Old traders hit hard by heritage program
The 60-year-old Sugianto waits for his faithful customers to buy some household items from his old shop, Tanjung Raya, located on Jl. Gajah Mada, the historic business site in downtown Denpasar.
Sugianto is the second generation in his family to own this shop, and both he and the other shop tenants in the neighborhood now feel very insecure and concerned due to the local administration’s program to designate Gajah Mada as the city’s old town and a heritage site.
Sugianto and his fellow shop owners are still displaying the same products as their fathers and mothers did in years gone by.
In his Tanjung Raya shop, Sugianto sells old and antique China sets, dinner sets, kitchen items and an assortment of kitschy souvenirs and gifts, many of which are scattered all over the dusty floor.
“Most of us are just killing time by chatting with our neighbors,” Sugianto said, as only a very few people come to his old-fashioned shop.
Other shop owners too have to endure dreary business as the goods on display are no longer appealing to younger buyers.
“I have had to lay off my shopkeepers, even though they had worked for us for so many years. We could not pay their salaries anymore,” said a shop owner.
“People cannot park their vehicles here and it is difficult also for pedestrians to walk on the high sidewalk. Nobody is interested in coming here anymore,” said Sugianto helplessly.
Gajah Mada was an artery of Bali’s economy until the early 1960s, when business activities were still alive and prosperous. The line of shops sold textiles, hardware, Chinese and traditional Balinese herbal medicines and a large variety of imported electronic goods.
The shop buildings were beautiful and demonstrate a fascinating blend of Balinese and Dutch colonial architectural elements. Some stores still have artistic Art Deco windows facing the city’s big Hindu temple, Pura Desa, Pasar Kumbasari and Pasar Badung traditional markets built alongside the Tukad Badung river.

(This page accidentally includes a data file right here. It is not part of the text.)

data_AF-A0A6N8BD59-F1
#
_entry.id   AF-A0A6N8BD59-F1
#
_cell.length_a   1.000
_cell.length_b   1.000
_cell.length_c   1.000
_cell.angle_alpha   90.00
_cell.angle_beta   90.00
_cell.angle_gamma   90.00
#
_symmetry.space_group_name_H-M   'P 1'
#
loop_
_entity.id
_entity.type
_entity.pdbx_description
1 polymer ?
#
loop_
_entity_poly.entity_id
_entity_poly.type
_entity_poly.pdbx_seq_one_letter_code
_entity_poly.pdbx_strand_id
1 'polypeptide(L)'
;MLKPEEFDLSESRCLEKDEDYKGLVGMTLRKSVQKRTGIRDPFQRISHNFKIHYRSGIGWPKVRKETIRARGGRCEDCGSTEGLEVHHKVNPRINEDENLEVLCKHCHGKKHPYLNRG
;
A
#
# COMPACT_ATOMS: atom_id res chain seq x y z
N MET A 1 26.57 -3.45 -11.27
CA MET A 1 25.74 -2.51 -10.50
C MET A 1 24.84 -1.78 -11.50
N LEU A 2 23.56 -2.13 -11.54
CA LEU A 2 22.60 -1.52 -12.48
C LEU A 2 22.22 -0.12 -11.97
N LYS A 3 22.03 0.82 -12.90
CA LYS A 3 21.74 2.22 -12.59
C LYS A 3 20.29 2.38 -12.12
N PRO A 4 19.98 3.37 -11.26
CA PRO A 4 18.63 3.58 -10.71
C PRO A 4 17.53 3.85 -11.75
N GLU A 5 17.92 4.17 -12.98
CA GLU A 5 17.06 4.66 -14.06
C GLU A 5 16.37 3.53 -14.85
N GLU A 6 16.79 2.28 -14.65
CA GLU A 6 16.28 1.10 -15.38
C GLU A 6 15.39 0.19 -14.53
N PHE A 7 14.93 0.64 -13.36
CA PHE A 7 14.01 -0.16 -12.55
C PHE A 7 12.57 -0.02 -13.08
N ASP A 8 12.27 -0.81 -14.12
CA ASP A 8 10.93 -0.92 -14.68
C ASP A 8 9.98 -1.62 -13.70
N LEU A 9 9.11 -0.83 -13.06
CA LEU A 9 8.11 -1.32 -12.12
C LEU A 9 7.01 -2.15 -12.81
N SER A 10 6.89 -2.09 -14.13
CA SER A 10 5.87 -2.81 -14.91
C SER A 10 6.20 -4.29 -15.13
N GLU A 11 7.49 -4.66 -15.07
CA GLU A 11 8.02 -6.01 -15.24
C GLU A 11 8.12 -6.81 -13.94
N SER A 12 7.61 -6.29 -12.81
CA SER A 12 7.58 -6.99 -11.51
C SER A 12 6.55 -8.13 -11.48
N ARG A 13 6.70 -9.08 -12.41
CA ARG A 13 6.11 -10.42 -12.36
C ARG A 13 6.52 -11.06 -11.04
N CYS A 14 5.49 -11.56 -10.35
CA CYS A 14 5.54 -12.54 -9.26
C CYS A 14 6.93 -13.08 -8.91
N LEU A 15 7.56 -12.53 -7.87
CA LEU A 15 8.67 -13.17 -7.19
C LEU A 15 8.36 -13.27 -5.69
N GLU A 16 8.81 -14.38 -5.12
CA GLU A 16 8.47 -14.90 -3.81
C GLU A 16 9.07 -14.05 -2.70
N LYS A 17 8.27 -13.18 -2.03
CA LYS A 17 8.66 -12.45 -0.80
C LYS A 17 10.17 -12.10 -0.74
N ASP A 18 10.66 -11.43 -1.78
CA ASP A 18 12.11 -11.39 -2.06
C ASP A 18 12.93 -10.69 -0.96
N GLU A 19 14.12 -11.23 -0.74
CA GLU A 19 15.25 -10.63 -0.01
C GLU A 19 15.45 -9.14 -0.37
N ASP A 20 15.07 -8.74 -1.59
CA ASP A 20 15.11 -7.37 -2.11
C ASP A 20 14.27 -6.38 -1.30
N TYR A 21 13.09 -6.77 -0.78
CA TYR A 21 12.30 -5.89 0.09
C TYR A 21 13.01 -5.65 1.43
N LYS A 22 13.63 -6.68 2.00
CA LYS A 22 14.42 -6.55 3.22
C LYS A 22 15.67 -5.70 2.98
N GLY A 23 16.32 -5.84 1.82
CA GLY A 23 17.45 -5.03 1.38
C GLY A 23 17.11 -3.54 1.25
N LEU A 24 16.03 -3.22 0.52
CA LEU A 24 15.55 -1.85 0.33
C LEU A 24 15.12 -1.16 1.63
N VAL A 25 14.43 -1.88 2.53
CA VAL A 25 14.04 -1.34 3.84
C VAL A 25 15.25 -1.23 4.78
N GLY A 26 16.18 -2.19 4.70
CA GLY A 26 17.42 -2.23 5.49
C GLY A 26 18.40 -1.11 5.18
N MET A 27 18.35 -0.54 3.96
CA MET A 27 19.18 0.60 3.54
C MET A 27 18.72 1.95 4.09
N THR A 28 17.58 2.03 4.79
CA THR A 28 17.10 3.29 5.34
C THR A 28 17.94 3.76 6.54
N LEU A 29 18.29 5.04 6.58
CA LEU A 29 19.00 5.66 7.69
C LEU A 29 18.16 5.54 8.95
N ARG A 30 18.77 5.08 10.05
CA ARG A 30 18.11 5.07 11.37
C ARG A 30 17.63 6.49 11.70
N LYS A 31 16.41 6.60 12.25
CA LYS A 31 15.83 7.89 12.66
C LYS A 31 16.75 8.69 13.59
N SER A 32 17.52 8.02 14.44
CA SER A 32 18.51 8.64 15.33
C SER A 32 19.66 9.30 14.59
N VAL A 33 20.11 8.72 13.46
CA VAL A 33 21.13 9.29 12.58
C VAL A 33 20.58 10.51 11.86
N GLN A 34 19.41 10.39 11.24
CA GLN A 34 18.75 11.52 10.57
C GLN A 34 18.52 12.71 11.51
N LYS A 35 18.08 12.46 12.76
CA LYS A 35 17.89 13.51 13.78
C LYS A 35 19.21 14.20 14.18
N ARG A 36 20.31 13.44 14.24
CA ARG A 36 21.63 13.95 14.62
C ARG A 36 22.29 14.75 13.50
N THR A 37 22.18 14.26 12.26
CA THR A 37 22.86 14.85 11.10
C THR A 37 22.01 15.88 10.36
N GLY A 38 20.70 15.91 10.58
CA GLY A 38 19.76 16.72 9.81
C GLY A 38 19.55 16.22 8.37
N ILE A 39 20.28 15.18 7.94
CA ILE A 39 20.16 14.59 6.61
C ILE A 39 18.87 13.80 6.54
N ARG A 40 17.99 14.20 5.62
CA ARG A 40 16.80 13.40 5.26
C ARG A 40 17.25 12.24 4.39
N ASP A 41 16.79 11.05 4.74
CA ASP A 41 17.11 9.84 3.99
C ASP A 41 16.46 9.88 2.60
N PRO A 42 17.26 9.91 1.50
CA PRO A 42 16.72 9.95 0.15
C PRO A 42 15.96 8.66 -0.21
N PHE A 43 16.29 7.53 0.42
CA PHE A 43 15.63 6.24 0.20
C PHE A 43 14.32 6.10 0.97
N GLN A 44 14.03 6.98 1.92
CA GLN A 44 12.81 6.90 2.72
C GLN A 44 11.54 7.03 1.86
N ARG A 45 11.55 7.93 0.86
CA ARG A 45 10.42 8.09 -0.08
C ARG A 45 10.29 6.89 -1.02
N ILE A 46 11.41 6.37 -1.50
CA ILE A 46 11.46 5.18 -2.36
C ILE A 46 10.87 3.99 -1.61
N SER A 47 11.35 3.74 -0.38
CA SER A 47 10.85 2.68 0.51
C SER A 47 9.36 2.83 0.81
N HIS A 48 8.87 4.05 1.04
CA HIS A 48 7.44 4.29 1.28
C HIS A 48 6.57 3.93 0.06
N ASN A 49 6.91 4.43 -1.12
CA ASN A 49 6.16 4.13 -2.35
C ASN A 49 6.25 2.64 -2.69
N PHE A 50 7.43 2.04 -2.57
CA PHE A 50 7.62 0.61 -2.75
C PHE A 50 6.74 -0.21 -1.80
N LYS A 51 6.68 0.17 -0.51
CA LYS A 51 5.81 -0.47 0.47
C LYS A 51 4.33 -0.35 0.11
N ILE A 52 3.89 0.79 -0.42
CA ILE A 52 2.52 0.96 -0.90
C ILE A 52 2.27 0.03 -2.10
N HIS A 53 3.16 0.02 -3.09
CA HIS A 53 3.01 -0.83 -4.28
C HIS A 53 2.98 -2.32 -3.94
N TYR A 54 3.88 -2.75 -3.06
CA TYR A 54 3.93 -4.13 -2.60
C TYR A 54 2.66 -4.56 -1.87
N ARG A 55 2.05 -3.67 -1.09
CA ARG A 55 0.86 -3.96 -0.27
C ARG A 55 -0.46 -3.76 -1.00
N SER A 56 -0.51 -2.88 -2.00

The Gajah Mada location is integrated with other remarkable historic landmarks along Puputan Badung Park, Puri Satria Royal house, Bali Museum and the old Inna Bali hotel on Jl. Veteran.
I Nyoman Darma Putra, a cultural observer, categorized Gajah Mada as both a thriving business and cultural midpoint.
In 1964, the Denpasar administration held the week-long Gajah Mada Festival, which featured multi-cultural performances, a culinary fiesta, bazaars and entertainment.
“Students, traditional village art troops, government officials, all took part in this joyous festival,” wrote Darma Putra. Hundreds of people would flock to Gajah Mada to watch all the performances and taste the delicious cuisine.
But the festival was stopped because of the social upheaval following the attempted coup blamed on the Indonesian Communist Party on September 30, 1965.
The 60s festival inspired the current administration to start holding a new annual Gajah Mada Town Festival, which started in 2010.
I Dewa Made Agung, head of Denpasar’s Economic Affairs Office, said Gajah Mada and its surrounding areas would be physically revitalized. “We also encourage shop owners to keep their businesses alive by catching up with the changing times. We would encourage them to sell goods that meet the demands of the younger customers,” Dewa said.
The new annual festival did indeed enliven the old part of the city. “But it was temporary. After the festival, people were still reluctant to visit Jl. Gajah Mada, which is now so unappealing to modern customers,” Dewa added.